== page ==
Other Pratt Articles:
EVEN FOOTBALL PLAYERS NEED GUNS
Who could be more secure from attack than some hulk who plays professional football? The answer is, of course, a professional football player with a gun.
This is an answer that gets the criminals’ friends in the anti-self defense chorus singing the blues.
Speaking of his 19 years in the National Football League in an article in the New York Times of December 26 last year, Lomas Brown complained of having seen guns everywhere - on team flights, in locker rooms, in players’ cars, in dormitory rooms. Oh, the thought of it!
Lomas Brown went on to warn that a disagreement on the field could turn into a gun incident. He offered no examples to prove his point, however. Parroting the Sarah Brady playbook of the virtues of defenseless victimhood, Brown said that: “I understand wanting a gun to protect your home and family. But having one in other situations is extremely dangerous. Athletes are very emotional, and just like everyone else, sometimes emotions get the best of us….If you throw a gun into that mix, and then maybe alcohol, well, that’s not good.”
Again, Brown provided no examples to substantiate his point. Folks like him are not in the habit of messing with facts.
T. J. Slaughter, a linebacker with the Jacksonville Jaguars, was released from the team because the management took the word of two assailants who had threatened Slaughter. They complained that he had pointed a gun at them, but they neglected to mention all the details. The truth is that they had driven up to his car - at 60 miles an hour - and cussed him out.
The Jaguars general manager, Michael Huyghue, authoritatively stated: “I have never heard of a situation where a gun saved a player.”
Well, it took less than a month and we are able to relieve Mr. Huyghue of his ignorance. And for his convenience, he has to look no farther than Tallahassee - just down the road from Jacksonville. Baltimore Ravens cornerback Corey Fuller lives there and drove off a bullet-spraying attack by two thugs only because he had his own gun.
Fuller was threatened outside his home. He fled inside, and a hail of bullets erupted. He returned fire with his own handgun, setting the punks to flight.
Mr. Huyghue, I hope you had a chance to see the January 21 Associated Press story about Corey Fuller. You now have heard of a situation where a gun saved a player.
Hopefully Corey Fuller’s successful defensive use of a handgun will bang some sense into the NFL that, since 1996, has discouraged players from keeping guns at home. Yet the NFL has not offered to provide free bodyguard services for its players. They seem to prefer the Corey Fuller’s of the world to be gunned down.
Surely renegotiation would be more humane than leaving them defenseless to the predator class that is naturally attracted to the (often ostentatious) wealth of the players.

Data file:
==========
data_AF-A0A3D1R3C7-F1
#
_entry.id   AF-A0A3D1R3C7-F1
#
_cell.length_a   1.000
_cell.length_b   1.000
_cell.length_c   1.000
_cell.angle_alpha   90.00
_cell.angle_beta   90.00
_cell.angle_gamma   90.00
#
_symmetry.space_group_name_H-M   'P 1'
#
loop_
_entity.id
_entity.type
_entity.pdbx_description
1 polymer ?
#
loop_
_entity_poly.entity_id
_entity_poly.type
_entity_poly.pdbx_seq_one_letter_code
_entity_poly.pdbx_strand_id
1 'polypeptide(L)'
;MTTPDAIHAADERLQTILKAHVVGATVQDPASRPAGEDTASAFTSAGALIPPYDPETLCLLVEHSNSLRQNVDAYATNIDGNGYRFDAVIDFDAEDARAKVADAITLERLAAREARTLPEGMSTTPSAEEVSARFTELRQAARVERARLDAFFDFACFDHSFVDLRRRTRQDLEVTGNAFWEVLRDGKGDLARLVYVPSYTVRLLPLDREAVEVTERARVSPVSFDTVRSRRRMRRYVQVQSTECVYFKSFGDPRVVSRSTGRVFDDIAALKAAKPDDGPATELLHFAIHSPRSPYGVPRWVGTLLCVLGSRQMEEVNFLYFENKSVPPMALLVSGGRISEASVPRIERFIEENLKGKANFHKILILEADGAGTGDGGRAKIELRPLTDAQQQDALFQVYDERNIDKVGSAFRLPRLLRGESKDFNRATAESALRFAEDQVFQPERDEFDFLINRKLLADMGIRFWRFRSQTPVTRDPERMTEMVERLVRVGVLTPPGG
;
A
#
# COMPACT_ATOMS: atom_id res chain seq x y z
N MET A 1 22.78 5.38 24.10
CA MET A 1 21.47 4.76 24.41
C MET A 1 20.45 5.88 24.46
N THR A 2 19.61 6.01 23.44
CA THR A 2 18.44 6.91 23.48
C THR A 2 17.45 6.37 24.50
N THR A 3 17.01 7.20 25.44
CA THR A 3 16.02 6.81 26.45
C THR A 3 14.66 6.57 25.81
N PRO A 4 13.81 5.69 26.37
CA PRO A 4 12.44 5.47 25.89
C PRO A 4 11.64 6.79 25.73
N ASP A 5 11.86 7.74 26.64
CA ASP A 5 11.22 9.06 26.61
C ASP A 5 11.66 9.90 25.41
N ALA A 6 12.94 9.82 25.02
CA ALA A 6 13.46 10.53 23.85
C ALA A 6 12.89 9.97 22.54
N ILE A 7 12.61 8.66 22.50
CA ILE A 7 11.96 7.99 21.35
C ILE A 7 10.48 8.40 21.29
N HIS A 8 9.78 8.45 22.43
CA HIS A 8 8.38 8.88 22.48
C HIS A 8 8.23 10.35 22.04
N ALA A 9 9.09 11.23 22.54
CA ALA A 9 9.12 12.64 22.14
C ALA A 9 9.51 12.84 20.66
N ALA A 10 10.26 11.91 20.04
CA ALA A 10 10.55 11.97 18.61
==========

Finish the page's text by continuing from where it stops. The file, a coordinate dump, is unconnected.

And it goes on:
Meanwhile, Slaughter had to forfeit his
gun and donate $500 to charity (the Million Mommies?). After all,
whoever heard of a player using a gun in self defense?
© 2004 Larry Pratt - All Rights Reserved
Larry Pratt has been Executive Director of Gun Owners of America for 27 years. GOA is a national membership organization of 300,000 Americans dedicated to promoting their second amendment freedom to keep and bear arms.
GOA lobbies for the pro-gun position in Washington and is involved in firearm issues in the states. GOA's work includes providing legal assistance to those involved in lawsuits with the Bureau of Alcohol, Tobacco and Firearms, the federal firearms law enforcement agency.
Pratt has appeared on numerous national radio and TV programs such as NBC's Today Show, CBS' Good Morning America, CNN's Crossfire and Larry King Live, Fox's Hannity & Colmes, MSNBC's Phil Donahue show and many others. He has debated Congressmen James Traficant, Jr. (D-OH), Charles Rangel (D-NY), Rep. Carolyn McCarthy (D-NY), Senator Frank Lautenberg (D-NJ), and Vice President Al Gore, among others. His columns have appeared in newspapers across the country.
He published a book, Armed People Victorious, in 1990 and was editor of a book, Safeguarding Liberty: The Constitution & Militias, 1995. His latest book, On the Firing Line: Essays in the Defense of Liberty was published in 2001.
Pratt has held elective office in the state legislature of Virginia, serving in the House of Delegates. Pratt directs a number of other public interest organizations and serves as the Vice-Chairman of the American Institute for Cancer Research.
"Hopefully Corey Fuller’s successful defensive use of a handgun will bang some sense into the NFL that, since 1996, has discouraged players from keeping guns at home."